You can’t have missed the furore over Angelina Jolie’s decision to have a double mastectomy in order to avoid the chance of developing the breast cancer which killed her beloved mother. Whether you think having such radical surgery is going too far or a reasonable sacrifice, it’s hard to fault her decision to make it public; women who might be facing a similar decision might feel reassured by the fact such a high profile celebrity has made a point of not sweeping the surgery under the carpet.
In a Kylie-esque kind of way, it might also make a few more women breast aware, which can only be a good thing. If one of the world’s most famously beautiful women is willing to have her breasts removed to safeguard her health, doesn’t that send out a positive message that we are not just the sum of our body parts?
Well, no. Not if you read some of the comment that’s been posted about it online, or written in magazines and newspapers. Some people seem almost affronted that Ange chose to remove her ‘assets’ on a whim, even though there was an 87% probability that she too would be affected by breast cancer at some point due to the presence of the faulty gene.
It made me think; women’s bodies, especially celebrity bodies, are almost public property. The fact that it was Angelina’s breasts that were removed seemed to have caused such a stir – more of a reaction than perhaps if she’d opted just to have her ovaries removed, which I believe she is also planning to do. Would there have been such a fuss if she’d checked into a clinic for a preventative appendectomy? I doubt it very much. Our breasts seem to embody our femininity, and a decision to have them removed seems to be much more of an issue to the media and commentators than any other part of us. How dare a beautiful, healthy woman remove part of her body that makes her desirable?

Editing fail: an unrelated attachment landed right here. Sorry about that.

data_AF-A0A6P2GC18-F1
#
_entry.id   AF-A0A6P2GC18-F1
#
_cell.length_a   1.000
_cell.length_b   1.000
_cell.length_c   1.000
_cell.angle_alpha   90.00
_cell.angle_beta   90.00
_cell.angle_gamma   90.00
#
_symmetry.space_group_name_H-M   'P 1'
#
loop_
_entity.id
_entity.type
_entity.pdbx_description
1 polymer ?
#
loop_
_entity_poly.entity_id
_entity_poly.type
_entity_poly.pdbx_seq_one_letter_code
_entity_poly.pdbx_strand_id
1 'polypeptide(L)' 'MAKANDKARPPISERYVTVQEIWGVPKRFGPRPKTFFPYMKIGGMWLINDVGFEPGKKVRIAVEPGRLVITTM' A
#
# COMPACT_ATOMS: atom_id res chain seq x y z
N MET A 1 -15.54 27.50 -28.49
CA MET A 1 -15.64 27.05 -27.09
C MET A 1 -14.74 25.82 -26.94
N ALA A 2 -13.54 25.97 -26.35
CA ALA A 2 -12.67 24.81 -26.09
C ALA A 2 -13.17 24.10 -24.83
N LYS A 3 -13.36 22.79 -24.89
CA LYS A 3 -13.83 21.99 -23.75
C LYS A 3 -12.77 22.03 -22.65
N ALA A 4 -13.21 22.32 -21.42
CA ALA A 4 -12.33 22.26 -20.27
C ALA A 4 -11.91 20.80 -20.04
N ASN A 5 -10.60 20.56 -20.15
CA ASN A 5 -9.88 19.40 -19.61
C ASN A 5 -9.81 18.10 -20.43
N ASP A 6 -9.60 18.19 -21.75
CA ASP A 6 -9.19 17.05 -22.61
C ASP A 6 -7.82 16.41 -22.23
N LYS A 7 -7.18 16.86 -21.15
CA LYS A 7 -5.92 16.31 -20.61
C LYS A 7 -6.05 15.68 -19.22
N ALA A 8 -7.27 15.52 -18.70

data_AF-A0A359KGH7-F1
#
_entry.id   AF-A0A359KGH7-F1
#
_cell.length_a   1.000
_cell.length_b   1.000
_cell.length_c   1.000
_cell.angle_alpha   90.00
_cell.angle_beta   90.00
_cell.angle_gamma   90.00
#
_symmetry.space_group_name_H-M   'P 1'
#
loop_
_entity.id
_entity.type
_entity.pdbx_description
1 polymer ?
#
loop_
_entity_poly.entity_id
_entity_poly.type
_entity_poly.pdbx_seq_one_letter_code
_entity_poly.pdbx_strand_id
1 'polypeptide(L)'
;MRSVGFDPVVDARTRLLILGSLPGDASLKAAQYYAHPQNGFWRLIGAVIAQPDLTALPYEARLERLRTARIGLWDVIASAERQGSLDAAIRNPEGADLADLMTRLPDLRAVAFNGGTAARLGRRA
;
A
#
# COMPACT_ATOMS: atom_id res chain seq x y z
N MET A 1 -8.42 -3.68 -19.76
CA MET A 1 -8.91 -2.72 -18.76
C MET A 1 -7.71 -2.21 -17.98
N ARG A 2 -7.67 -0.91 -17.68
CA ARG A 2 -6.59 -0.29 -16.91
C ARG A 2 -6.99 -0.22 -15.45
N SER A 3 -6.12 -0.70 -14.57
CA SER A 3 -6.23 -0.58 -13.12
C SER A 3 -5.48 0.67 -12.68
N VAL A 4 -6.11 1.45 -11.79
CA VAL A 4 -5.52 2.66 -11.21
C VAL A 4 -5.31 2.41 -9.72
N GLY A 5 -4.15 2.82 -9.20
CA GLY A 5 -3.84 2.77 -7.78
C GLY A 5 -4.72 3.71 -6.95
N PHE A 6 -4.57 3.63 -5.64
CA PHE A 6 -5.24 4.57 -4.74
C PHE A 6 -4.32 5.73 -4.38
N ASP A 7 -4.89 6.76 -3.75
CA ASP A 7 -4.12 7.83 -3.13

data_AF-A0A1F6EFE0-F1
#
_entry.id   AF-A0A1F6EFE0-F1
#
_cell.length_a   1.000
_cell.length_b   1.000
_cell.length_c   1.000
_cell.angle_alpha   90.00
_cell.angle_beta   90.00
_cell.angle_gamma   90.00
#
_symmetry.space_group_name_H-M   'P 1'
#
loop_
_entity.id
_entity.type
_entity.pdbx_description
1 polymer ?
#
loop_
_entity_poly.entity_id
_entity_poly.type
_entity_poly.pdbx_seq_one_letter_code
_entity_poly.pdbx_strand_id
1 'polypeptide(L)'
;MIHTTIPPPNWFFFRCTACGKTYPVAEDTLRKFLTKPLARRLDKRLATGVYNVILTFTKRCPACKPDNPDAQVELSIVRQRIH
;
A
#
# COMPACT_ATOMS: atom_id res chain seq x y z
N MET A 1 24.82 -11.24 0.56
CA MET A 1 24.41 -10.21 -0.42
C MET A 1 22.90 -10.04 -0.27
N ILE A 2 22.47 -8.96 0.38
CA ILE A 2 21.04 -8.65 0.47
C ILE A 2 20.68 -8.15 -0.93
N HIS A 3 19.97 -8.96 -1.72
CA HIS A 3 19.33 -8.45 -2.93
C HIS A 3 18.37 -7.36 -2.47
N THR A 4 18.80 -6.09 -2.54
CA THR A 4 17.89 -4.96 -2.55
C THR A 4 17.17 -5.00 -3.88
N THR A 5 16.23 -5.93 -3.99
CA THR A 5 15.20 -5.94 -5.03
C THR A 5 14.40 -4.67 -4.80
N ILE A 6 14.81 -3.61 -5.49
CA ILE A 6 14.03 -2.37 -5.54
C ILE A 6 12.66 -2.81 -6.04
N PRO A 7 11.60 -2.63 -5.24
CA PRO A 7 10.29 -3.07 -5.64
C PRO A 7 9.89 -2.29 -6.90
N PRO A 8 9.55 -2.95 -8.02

I believe that the current fat hysteria is very similar. It’s not about our health – many overweight men and women are healthy, fit and well, and don’t need to reduce their body size to live fulfilling, productive and healthy lives. The fact is, women especially, are seen as objects of desirability for men, and so if we offend the general consensus on what is deemed to be attractive to men, we’re considered to be less feminine, lesser women. We’re ‘deliberately’ making ourselves less attractive to men (although to be honest, there are so many men who love women for who they are and find them gorgeous at any size) and that’s unthinkable.
It’s NOTHING to do with our health. The frenzy over Angelina has nothing to do with her health. It’s all about LOOKS. And that makes me sad.
(image by www.promiflash.de via Wikimedia Commons)